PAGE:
This.
If memory serves, England men's came 4th in the last world championship.
England women's came 2nd.
Title: Re: England women's football team standard
Post by: Exit Stage Left on May 23, 2019, 07:55:33 pm
Easier to answer in Women's cricket. England played the RAF men once. https://www.youtube.com/watch?v=ZQ21w_jGI78

Women have played in the various Lancashire Leagues, which are a decent standard and mixed, while in the national team women's team. Kate Cross was one.
https://en.wikipedia.org/wiki/Kathryn_Cross
Title: Re: England women's football team standard
Post by: farfetched on May 23, 2019, 08:25:47 pm
Well it's not uncommon for ladies to play u15/u16 boys and they often lose.
The USA lost to Dallas u15 last year so I guess the answer is they would struggle.
Despite the diving and play acting it's still a very physical sport, more so than ever IMHO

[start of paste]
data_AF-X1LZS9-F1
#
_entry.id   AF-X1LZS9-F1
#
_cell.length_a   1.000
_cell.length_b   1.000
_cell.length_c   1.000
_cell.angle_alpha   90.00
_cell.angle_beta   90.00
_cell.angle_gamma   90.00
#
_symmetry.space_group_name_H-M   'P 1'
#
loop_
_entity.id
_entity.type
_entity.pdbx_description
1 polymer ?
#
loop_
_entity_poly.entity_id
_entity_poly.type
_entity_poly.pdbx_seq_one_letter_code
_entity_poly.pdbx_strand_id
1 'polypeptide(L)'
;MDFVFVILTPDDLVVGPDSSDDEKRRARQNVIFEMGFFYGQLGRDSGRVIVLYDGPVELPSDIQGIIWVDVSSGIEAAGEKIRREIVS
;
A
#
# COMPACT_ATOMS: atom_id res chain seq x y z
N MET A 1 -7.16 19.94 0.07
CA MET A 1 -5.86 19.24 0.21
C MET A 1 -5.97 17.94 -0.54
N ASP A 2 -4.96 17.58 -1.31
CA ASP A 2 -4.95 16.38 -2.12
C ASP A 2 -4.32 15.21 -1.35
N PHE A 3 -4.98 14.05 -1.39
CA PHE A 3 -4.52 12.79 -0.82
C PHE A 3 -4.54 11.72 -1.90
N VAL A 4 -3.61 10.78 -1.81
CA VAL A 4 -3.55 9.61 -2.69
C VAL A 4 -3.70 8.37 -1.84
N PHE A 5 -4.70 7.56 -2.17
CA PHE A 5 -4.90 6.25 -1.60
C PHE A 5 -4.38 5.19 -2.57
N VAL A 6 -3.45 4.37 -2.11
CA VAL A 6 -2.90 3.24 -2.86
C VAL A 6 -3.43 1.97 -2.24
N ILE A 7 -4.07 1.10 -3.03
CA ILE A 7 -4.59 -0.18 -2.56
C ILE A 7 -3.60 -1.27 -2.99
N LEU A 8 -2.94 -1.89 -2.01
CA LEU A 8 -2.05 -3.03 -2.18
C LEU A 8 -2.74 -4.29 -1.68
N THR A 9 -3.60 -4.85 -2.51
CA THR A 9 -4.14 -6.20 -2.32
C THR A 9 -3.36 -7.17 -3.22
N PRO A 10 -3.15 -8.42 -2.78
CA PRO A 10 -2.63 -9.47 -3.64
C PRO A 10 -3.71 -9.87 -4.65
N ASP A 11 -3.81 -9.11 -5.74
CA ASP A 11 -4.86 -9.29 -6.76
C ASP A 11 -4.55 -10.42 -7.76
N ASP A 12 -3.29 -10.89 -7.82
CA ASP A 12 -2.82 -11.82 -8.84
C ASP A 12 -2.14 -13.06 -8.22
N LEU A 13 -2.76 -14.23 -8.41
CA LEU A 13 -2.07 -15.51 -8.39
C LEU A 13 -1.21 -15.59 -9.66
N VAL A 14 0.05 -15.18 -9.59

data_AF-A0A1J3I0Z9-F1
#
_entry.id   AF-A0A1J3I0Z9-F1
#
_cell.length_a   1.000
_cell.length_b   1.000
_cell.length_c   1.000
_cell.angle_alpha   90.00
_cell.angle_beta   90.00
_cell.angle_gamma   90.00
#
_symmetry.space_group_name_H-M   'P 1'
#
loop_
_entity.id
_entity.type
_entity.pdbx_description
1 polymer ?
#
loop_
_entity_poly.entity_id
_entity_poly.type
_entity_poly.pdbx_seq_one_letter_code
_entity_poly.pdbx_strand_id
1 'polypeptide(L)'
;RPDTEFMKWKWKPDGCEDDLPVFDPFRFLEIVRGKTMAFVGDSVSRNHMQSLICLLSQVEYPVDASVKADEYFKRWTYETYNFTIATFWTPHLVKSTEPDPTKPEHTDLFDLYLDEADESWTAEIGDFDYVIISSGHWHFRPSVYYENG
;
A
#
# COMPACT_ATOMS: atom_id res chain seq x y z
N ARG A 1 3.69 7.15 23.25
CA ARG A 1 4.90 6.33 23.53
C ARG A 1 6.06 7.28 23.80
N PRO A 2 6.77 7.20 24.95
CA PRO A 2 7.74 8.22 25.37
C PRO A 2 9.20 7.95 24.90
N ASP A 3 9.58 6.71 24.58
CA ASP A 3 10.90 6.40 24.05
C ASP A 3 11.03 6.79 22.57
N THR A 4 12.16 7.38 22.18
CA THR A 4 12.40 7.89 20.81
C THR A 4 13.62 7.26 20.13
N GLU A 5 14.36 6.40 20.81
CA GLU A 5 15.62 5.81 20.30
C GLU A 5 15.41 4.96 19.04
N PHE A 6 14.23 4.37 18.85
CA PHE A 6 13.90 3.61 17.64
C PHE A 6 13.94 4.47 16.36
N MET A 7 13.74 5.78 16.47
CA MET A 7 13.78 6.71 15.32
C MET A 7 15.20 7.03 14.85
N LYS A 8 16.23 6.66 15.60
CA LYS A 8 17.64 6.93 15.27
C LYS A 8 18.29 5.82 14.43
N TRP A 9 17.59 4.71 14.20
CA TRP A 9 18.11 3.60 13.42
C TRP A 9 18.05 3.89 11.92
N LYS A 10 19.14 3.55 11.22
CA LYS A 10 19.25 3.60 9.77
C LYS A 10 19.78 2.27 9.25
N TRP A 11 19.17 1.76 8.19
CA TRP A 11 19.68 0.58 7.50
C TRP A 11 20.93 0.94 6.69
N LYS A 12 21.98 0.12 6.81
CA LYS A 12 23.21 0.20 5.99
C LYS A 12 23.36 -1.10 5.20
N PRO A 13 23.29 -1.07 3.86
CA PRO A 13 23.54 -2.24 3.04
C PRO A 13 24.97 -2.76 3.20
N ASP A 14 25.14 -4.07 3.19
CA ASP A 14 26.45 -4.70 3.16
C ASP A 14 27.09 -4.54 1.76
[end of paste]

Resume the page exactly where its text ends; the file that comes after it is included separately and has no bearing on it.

Not sure why you want to know though...  :(
Title: Re: England women's football team standard
Post by: Jaded on May 23, 2019, 09:02:34 pm
England Women won the Cricket World Cup.

Something the men haven’t done yet.

The Final was a great match, although it went a bit flat for a while when they had to go off to prepare the tea for themselves.
Title: Re: England women's football team standard
Post by: DuncanM on May 23, 2019, 09:40:14 pm
Just watch the game - they are really good players. The only way that lower standard (ie Saturday league) male teams could compete if by kicking them off the park and making it all about physicality.
I don't understand the point of the question though - it becomes a different sport when played by people with different attributes. It can actually be a better game to watch - there's a bit more space and time and good players can make good use of that.
Title: Re: England women's football team standard
Post by: Jaded on May 23, 2019, 11:13:52 pm
Also the keepers are smaller in the goals. (The goals in the men’s game haven’t kept up with the changes in the physiology of the players)
Title: Re: England women's football team standard